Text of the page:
Category: science

Palau, In Western Pacific, Is First Nation To …

Palau, In Western Pacific, Is First Nation To Ban ‘Reef-Toxic’ Sunscreens:

Great news from Palau 🇵🇼

Sunscreens with chemicals toxic to reefs are banned nationally, with fines of $1000 for retailers who provide them.

Two chemicals at the top of the no-go list are oxybenzone and
octinoxate. Oxybenzone can be lethal to coral, damages DNA in adults,
and causes developmental deformaties in coral larvae.

Worried about sunburn? Plan ahead, stay out of the midday sun cover up,
search for reef-safe sunscreens – small efforts have a huge benefit for
our reefs. 

Impacts of Tourism: Philippines Special Part I…

Impacts of Tourism: Philippines Special Part II:

Thanks to Ocean Wavelengths for having me on the podcast to talk about my work with Green Fins and the small steps we can take that can have big positive impacts for coral reefs when we’re diving or snorkeling! Only 12 minutes and who knows, you might learn something new! 

wapiti3: The sea shore


The sea shore

By Furneaux, William S.
Publication info
London,Longmans, Green and Co.,1922.
Holding Institution:

eartharchives: A bare-bones look at bizarre fi…


A bare-bones look at bizarre fish

Modern fish make up a huge part of Earth’s ecosystems, and cover a lot of niches. Predators, omnivores and herbivores are all found in this diverse group. Millions of years of adaptation has sculpted their bodies into the various forms and shapes we see today.

Looking beneath the surface of a fish’s skin can reveal a lot about the ecology of fish – the most diverse group of vertebrates on Earth. Use our image sliders to see under their scales.

Written by @cyan-biologist, with original X-ray images from Fish Inside Out, by @smithsonian’s National Museum of Natural History, reconstructed by @franzanth.

Love me a bizarre fish or two!

The E/V Nautilus team are in Papahānaumokuākea…

The E/V Nautilus team are in Papahānaumokuākea Marine National Monument seeking out new discoveries in biology, geology, and archaeology. They came across this Gulper Eel (Eurypharynx pelecanoides) showing off for the camera!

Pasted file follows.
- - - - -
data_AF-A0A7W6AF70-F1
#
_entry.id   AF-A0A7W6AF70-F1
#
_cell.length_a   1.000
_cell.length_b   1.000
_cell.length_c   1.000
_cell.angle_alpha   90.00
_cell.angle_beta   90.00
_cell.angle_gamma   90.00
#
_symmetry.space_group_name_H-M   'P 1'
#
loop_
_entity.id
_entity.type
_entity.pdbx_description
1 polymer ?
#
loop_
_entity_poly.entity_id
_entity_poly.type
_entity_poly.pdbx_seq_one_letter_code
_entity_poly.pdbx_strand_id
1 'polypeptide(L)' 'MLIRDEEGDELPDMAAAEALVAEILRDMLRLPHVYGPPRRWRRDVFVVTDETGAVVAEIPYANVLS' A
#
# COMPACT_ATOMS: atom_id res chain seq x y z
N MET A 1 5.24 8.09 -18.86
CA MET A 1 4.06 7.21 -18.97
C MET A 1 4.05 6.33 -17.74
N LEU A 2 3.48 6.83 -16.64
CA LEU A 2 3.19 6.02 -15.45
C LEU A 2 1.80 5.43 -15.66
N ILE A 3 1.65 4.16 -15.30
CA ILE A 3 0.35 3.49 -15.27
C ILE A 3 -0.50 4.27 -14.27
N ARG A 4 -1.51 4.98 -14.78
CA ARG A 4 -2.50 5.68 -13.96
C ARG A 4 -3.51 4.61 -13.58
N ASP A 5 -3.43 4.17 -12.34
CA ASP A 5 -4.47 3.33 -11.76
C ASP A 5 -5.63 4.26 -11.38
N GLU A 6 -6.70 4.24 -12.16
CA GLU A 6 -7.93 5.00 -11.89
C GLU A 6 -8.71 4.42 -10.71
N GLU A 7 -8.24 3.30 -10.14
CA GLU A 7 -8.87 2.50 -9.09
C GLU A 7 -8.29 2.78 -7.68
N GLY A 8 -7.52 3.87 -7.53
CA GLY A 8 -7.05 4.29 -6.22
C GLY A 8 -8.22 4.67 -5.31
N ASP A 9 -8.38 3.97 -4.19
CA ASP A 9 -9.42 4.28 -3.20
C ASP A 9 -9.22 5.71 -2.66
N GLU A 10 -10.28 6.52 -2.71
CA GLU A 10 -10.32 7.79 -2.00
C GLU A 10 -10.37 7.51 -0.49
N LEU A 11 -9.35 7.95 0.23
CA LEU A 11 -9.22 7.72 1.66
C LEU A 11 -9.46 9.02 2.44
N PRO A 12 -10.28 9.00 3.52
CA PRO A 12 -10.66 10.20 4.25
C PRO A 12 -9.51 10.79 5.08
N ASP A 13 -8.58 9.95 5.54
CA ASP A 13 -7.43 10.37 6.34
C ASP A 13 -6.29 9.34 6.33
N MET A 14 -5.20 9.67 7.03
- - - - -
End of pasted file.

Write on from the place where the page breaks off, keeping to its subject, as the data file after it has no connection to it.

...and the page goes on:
“Its pouch-like mouth can inflate in an instant, scooping up much larger prey just like a pelican–and giving it that muppet-like look! This gulper eel was likely a juvenile, as this species can grow up to three feet in length.”

First known omnivorous shark species identifie…

First known omnivorous shark species identified:

I don’t think we’ll ever know the true depth of the ocean’s mysteries!




So I was looking up a certain kind of cellular automata on Wikipedia out of curiosity, and then I ended up seeing a link for something called “billiard ball computers”.

So basically it’s a theoretical construction to show nature has results that can be reversible or something. You do have to let the billiards be frictionless, though. So it’s not like you could implement this in real lif-


This guy???

Wait,, just look at the pictures they have though. The captions refer to crab groups as “swarm balls”, which is a very endearing term IMO.

Unfortunately, these gates take up a lot of space, so to do big computations you’d need lots of crabs and several hundred feet of cardboard.

Me: You want to google something? Sure, let me fire up my crabputer…

Me: *dumps a bucket of soldier crabs into an acre-wide rat maze*

Me: it takes them a while to find the internet, so sit tight for a bit.

ohdeargodwhy: fuckyeahfluiddynamics: When I…



When I was a child, my father would take me trout fishing, and I spent hours marveling from the riverbank at the trouts’ ability to, seemingly effortlessly, hold their position in the fast-moving water. As it turns out, those trout really were swimming effortlessly, in a manner demonstrated above. The fish you see here swimming behind the obstacle is dead. There’s nothing powering it, except the energy its flexible body can extract from the flow around it. 

The obstacle sheds a wake of alternating vortices into the flow, and when the fish is properly positioned in that wake, the vortices themselves flex the fish’s body such that its head and its tail point in different directions. Under just the right conditions, there’s actually a resonance between the vortices and the fish’s body that generates enough thrust to overcome the fish’s drag. This means the fish can actually swim upstream without expending any energy of its own! The researchers came across this entirely by accident, and one of the questions that remains is how the trout is able to sense its surroundings well enough to intentionally take advantage of the effect. (Image and research credit: D. Beal et al.; via PhysicsBuzz; submitted by Kam-Yung Soh)

Oh my god what the fuck

Joe Rogan / Dr. Matthew Walker Sleep Podcast

Joe Rogan / Dr. Matthew Walker Sleep Podcast:

Dear everyone, 

This podcast is two hours and is *well* worth your time. We all know sleep is important, but this was mind-blowing. Sleep is good. Sleep is health. Sleep does not steal time, it gives you time. 

If you want to be an effective professional, or human really, get your eight hours. For serious.